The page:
- Electronic cigarette (e-cigarette) is the most common prototype of electronic nicotine delivery systems. The e-cigarette heats up a cartridge of solution and produce vapour inhaled by the user.
- The solution usually contains nicotine (if any), propylene glycol, glycerin, and flavourings.
- The e-cigarette solution and emissions contain other chemicals, some of them are considered to be toxicants.
- Some e-cigarettes look like tobacco products (e.g. cigarettes, cigars, pipes or shishas). Some may be produced in the form of everyday items such as pens and USB memory sticks.
What is electronic cigarette
Prevalence of e-cigarettes use in Hong Kong
- According to the Tobacco Control Policy-related Survey 2015 conducted by COSH, it was found that 85.4% of respondents had heard of e-cigarettes.
- About 0.7% of respondents had ever used e-cigarettes.
- The current use rate of e-cigarettes among young smokers aged 15-19 years (15.8%) was significantly higher than that of smokers aged 30 years or above.
- The main reasons for e-cigarettes were curiosity and fashionable, instead of aiding smoking cessation.
- The global sales of e-cigarettes surged exponentially by over 120-fold to a total of US$3.5 billion in 2015 from US$20 million in 2008.
- Currently there are over 8,000 flavours of e-cigarettes in the global market targeting the youngsters who are curious and crave for novelties.
- Researches revealed that e-cigarettes contain toxic chemical substances like propylene glycol, glycerin and carcinogens such as formaldehyde and acetaldehyde which can bring health risks to human.
- COSH commissioned Hong Kong Baptist University to carry out a laboratory test on thirteen e-cigarettes. The test found that the e-cigarettes contain harmful chemicals including formaldehyde, polycyclic aromatic hydrocarbons(“PAHs”) and poly-brominated diphenyl ethers (“PBDEs”), etc. Formaldehyde and PAHs are known carcinogens that are hazardous to health. PBDEs are associated with thyroid hormone disruption, reduction of fertility, affect fetal development.
- The Secondary School Smoking Survey 2012/13 conducted by the School of Public Health of The University of Hong Kong found that e-cigarette users were more likely to have respiratory symptoms.
- Most e-cigarettes do not provide details on their ingredients and only address the variety of flavours. They are marketed as non-addictive, aid for smoking cessation, accredited and environmentally friendly which mislead consumers on their safety and attract the youth to use.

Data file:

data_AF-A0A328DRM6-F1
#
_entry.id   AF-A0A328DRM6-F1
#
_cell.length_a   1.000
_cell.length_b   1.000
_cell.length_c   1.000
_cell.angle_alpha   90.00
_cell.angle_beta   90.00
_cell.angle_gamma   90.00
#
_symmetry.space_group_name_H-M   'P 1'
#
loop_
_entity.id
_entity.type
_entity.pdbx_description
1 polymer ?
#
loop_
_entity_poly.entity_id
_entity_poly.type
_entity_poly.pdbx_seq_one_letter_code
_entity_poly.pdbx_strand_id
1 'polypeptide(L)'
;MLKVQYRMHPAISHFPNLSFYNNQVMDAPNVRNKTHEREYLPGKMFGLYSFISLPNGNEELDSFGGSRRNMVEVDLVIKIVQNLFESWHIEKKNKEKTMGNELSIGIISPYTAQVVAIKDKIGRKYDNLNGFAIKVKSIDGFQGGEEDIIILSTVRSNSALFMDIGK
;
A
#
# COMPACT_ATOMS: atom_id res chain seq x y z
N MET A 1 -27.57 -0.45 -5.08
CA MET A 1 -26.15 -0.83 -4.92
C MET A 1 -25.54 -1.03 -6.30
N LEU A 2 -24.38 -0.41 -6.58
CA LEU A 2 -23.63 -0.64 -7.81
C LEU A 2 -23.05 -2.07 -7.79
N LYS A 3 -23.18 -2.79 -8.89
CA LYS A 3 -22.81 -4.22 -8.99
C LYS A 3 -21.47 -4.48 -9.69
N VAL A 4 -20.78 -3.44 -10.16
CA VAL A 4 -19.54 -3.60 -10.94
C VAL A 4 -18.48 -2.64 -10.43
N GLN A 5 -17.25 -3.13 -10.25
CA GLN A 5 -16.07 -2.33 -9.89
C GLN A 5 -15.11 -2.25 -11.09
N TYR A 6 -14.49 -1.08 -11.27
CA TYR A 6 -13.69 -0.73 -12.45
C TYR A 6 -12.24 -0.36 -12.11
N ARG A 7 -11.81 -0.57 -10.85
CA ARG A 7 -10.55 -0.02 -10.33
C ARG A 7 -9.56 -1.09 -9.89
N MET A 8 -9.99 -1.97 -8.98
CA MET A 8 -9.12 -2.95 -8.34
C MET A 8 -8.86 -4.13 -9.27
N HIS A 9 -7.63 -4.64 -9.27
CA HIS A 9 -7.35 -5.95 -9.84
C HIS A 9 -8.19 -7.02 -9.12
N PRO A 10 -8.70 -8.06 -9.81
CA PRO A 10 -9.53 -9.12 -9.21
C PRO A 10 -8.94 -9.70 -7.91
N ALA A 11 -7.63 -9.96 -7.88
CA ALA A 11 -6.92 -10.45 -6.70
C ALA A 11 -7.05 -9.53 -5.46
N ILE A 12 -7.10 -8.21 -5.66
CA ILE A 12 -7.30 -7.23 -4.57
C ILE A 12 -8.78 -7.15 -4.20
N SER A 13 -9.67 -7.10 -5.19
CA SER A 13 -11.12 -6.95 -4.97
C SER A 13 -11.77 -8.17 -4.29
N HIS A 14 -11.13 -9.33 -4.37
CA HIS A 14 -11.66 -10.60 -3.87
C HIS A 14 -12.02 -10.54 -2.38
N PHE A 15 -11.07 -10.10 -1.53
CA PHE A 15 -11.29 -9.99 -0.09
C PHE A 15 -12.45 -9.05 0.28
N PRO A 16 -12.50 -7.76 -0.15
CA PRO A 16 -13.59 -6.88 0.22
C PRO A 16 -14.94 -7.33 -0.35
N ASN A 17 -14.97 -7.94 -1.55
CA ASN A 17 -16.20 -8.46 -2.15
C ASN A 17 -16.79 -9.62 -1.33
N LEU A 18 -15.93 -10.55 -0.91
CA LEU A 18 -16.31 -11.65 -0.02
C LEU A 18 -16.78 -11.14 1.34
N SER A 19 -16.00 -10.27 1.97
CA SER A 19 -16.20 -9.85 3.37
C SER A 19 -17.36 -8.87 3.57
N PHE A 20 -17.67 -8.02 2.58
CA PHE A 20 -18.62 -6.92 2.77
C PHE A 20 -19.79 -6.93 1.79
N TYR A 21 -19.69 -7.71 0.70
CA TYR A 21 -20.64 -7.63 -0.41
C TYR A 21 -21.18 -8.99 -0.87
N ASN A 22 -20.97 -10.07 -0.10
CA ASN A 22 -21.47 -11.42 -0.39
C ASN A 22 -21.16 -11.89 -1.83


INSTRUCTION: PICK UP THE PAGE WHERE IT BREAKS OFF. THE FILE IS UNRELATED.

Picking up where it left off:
- E-cigarettes produce toxicants and carcinogens after heating in high temperature and vaporization. Risks of e-cigarettes should not be underrated.
- Some battery-activated heating element in e-cigarettes may be unsafe. There were cases of e-cigarette explosion during heating or charging reported in oversea countries.
- According to the Pharmacy and Poisons Ordinance (Cap 138) in Hong Kong, any e-cigarettes with nicotine are categorized as pharmaceutical products and must be registered with the Pharmacy and Poisons Board of Hong Kong before sale or distribution.
- According to the Smoking (Public Health) Ordinance, no person shall smoke an e-cigarette in statutory no-smoking areas.
- Tobacco Control Policy-related Survey 2015 found that majority of respondents supported various regulatory measures on e-cigarettes including restrict sale to minors (93.9%), ban the use at smoke-free areas (81.5%), restrict sale of non-nicotine e-cigarettes (80.9%), regulate e-cigarettes as cigarettes (79.7%) and ban e-cigarettes publicity and ads (71.7%). Over half of the respondents (53.9%) supported all of these regulatory measures.
- Similar to the marketing strategies of traditional cigarettes in the past, e-cigarettes are promoted through different channels and celebrities are invited as spokespersons for the products which normalize smoking behaviour among the mass public, especially the children and the youth. Social media are also commonly used to reach the youngsters.
- Youngsters are the main target of the marketing strategies adopted by Hong Kong and overseas e-cigarette suppliers and sellers. The price is set at an affordable level for them.
- The flavours, designs and packaging of e-cigarettes are diverse. The flavours include fruits, soft drink and tobacco.
- Most e-cigarettes are sold on consignment at retail outlets and shopping centres specializing in trendy items, or through online platforms such as social media. It is very difficult to monitor the safety claims of products sold and verify the buyers’ ages at online platforms.
Global Trend on Regulation
- Insufficient evidence has been identified so far to support the claim that e-cigarettes help smokers kick the habit, says the World Health Organization (WHO). To safeguard the public against the potential harm of e-cigarettes, WHO urges countries to regulate e-cigarettes, as well as its advertising, promotion and sponsorship to minimize the risk of exposing the youngsters and never smokers to e-cigarettes.
- Currently thirteen countries have imposed a complete ban on e-cigarettes, including Singapore, Thailand and Brazil which is a global trend.